If you take the combined readership of the websites created by the few individuals referenced above you will be amazed at the impact a few activated, informed and dedicated people can have! We collectively represent the incredible power of the internet, which offers us the possibility to be actors in the transformation of the health care system. Each one of us has become an expert at using the Read-Write capabilities offered to us.

 

Like in Lawrence Lessig presentation, we all constantly use scientific, technical and medical information gathered from the internet and rewrite these resources to deliver the latest information at incredible speed to many people who would have real difficulty finding and filtering all this info on their own.  It turns out we have the same motivations, even if we have very different styles.  

And so, it was highly energizing to see the voices of these radicalized e-patients being finally taken seriously by what appeared to be the majority of the conference attendees. 

Interestingly, after speaking, 2 days after Health 2.0, at a cancer conference attended exclusively by professionals working at major cancer centers, I was told repeatedly:

“Thank You for reminding all of us that this is all about the patients! We seriously need to be reminded of that fact on a regular basis”. 

For sure I should have quoted e-Patient Dave when he said:

Stop talking about patients in the third person!

Thanks again, Indu, Matthew & Josh, for allowing us to have this great e-patients fest!

Update 4/30: see Gilles’s sequel post about minority representation.

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23 Responses to “Health 2.0 meets Ix: The Rise of the Patient Voices”

  1. New post about #health2con: “Health 2.0 meets Ix: The Rise of the Patient Voices” http://twurl.nl/tlxxcy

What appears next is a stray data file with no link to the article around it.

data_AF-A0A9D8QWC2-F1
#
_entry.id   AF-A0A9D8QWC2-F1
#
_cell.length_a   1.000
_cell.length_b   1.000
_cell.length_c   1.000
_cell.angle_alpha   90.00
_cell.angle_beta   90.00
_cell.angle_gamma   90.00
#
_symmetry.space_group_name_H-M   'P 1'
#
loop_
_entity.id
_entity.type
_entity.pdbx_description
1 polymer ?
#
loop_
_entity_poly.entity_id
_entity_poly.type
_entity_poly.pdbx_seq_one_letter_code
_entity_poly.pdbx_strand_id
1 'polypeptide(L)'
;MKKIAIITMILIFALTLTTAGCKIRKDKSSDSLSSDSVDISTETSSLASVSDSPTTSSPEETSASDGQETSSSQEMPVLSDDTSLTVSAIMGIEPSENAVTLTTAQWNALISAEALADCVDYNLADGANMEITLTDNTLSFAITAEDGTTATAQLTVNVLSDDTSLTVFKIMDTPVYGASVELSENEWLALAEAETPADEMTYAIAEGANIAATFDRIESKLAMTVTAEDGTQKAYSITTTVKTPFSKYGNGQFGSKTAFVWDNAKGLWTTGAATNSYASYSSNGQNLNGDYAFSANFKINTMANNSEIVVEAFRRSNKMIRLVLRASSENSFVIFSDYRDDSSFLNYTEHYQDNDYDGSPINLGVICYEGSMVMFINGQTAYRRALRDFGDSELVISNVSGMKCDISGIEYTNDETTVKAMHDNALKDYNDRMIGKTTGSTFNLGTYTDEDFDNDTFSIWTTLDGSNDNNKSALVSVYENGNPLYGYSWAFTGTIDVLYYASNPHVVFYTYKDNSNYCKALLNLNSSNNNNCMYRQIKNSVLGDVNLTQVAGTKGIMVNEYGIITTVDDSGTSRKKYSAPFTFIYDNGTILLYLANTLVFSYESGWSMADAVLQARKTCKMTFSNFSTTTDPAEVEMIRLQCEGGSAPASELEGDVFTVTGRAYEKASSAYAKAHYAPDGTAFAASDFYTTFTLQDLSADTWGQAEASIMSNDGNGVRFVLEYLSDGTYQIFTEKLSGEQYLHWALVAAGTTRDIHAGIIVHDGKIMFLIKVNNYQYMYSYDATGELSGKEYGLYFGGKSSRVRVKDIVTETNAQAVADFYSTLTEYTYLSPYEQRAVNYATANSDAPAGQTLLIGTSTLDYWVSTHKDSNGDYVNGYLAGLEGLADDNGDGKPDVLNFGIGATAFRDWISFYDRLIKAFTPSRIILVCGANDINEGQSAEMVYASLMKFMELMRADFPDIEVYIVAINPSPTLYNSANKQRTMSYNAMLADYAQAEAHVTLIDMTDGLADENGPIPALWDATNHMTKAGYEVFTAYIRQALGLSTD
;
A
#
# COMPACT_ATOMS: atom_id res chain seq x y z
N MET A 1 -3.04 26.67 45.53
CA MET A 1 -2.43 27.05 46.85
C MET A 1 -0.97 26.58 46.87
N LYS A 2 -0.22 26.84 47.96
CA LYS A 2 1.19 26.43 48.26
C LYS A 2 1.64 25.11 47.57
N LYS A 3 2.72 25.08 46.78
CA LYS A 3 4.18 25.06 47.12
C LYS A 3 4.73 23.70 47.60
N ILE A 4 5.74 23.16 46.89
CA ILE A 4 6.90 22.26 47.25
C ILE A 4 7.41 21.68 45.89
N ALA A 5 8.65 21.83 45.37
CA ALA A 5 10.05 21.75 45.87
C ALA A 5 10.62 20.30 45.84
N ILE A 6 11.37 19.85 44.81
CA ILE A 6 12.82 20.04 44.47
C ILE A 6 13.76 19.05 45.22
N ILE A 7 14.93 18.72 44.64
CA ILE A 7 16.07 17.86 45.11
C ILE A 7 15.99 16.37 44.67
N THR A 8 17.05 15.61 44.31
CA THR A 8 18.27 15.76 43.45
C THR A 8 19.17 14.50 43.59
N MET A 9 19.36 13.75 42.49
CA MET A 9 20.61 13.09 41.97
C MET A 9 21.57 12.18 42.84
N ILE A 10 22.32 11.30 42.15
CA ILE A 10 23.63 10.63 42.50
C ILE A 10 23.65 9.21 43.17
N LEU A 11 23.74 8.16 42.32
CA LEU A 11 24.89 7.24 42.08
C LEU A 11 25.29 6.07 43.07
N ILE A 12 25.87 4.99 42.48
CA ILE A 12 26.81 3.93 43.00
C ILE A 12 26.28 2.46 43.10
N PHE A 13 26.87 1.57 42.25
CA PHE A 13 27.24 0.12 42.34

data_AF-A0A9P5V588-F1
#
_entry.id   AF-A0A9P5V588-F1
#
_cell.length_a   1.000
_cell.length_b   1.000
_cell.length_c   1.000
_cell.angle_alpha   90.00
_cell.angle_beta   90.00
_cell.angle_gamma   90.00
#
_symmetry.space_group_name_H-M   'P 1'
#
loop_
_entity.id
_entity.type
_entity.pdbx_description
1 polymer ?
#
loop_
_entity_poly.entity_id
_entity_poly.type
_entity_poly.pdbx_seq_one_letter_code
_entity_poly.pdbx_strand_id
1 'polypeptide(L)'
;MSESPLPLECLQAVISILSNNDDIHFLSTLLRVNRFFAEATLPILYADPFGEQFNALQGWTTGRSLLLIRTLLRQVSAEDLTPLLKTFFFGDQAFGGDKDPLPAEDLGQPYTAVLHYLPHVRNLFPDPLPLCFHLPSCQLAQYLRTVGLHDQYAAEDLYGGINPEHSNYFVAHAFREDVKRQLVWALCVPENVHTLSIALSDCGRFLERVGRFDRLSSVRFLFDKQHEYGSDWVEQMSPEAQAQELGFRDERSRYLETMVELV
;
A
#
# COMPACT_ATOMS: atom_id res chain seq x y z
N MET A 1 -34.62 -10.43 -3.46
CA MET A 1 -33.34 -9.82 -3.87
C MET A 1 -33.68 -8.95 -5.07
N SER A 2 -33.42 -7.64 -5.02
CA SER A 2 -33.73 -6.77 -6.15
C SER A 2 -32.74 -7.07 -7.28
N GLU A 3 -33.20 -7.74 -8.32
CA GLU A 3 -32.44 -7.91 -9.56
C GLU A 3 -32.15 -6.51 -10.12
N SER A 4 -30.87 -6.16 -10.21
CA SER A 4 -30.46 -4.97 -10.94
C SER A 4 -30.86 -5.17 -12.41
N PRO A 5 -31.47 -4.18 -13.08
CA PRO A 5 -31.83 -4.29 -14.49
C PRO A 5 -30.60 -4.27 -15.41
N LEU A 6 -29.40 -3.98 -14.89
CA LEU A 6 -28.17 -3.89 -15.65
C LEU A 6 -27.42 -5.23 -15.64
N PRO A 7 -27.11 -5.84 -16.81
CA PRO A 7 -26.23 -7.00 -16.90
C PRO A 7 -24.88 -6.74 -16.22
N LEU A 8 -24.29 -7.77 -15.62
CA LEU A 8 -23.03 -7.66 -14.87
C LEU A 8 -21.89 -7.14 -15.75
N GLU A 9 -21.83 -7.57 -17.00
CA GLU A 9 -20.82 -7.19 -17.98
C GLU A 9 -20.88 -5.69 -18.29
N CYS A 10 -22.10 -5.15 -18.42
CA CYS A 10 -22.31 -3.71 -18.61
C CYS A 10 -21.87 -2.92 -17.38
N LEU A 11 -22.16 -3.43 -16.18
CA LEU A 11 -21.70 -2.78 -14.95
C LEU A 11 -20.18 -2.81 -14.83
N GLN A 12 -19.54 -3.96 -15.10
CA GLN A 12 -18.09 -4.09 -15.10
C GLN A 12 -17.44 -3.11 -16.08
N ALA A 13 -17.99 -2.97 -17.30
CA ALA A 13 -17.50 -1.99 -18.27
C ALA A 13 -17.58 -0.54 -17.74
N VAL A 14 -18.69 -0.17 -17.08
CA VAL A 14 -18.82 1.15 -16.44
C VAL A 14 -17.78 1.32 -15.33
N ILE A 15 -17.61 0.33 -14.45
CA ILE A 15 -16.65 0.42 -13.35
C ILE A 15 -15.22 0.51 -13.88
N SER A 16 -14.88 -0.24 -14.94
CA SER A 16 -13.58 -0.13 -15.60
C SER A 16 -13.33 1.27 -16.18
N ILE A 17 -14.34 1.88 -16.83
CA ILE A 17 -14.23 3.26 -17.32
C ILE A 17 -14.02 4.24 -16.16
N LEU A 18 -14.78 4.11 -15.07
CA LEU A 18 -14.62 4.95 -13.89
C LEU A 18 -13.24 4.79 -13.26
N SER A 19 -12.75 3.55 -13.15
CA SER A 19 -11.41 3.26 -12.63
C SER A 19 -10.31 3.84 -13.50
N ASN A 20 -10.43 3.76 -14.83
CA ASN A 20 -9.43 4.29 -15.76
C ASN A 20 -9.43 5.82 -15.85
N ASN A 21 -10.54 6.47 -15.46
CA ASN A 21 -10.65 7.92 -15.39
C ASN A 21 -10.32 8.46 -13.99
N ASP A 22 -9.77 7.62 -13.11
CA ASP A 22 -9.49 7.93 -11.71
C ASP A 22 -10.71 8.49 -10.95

2. Wow, GREAT post, Gilles. You put into words what I felt. The difference is that you have the long-term perspective.

    It was humbling and joyful to meet ALL of the e-patients you cited, for the first time – all within 24 hours! (Okay, I’d briefly met the Heywoods before, but still.) And then to meet all those marvelous people who are starting to work in the Society for Participatory Medicine and its Journal… what a wonderful couple of days.

    And as you say, it was a very well run event. Thanks indeed to the organizers.

  3. ePatientDave says:

    Phenomenal: RT @gfry: New post about #health2con: “Health 2.0 meets Ix: The Rise of the Patient Voices” http://is.gd/vvbq

  4. Thanks Dave!

    I should have added that it was just as exhilarating to see the growing number of health professionals who just “get it”. It is clear that we are now at an important juncture where we have reached the critical size that will allow much faster transformations than were possible until now.

    It is an exciting time!

  5. I’ve just had my breath taken away – literally. For the first time, I just read Jen McCabe Gorman’s story, embedded in her impassioned declaration I am an e-patient 50 weeks ago.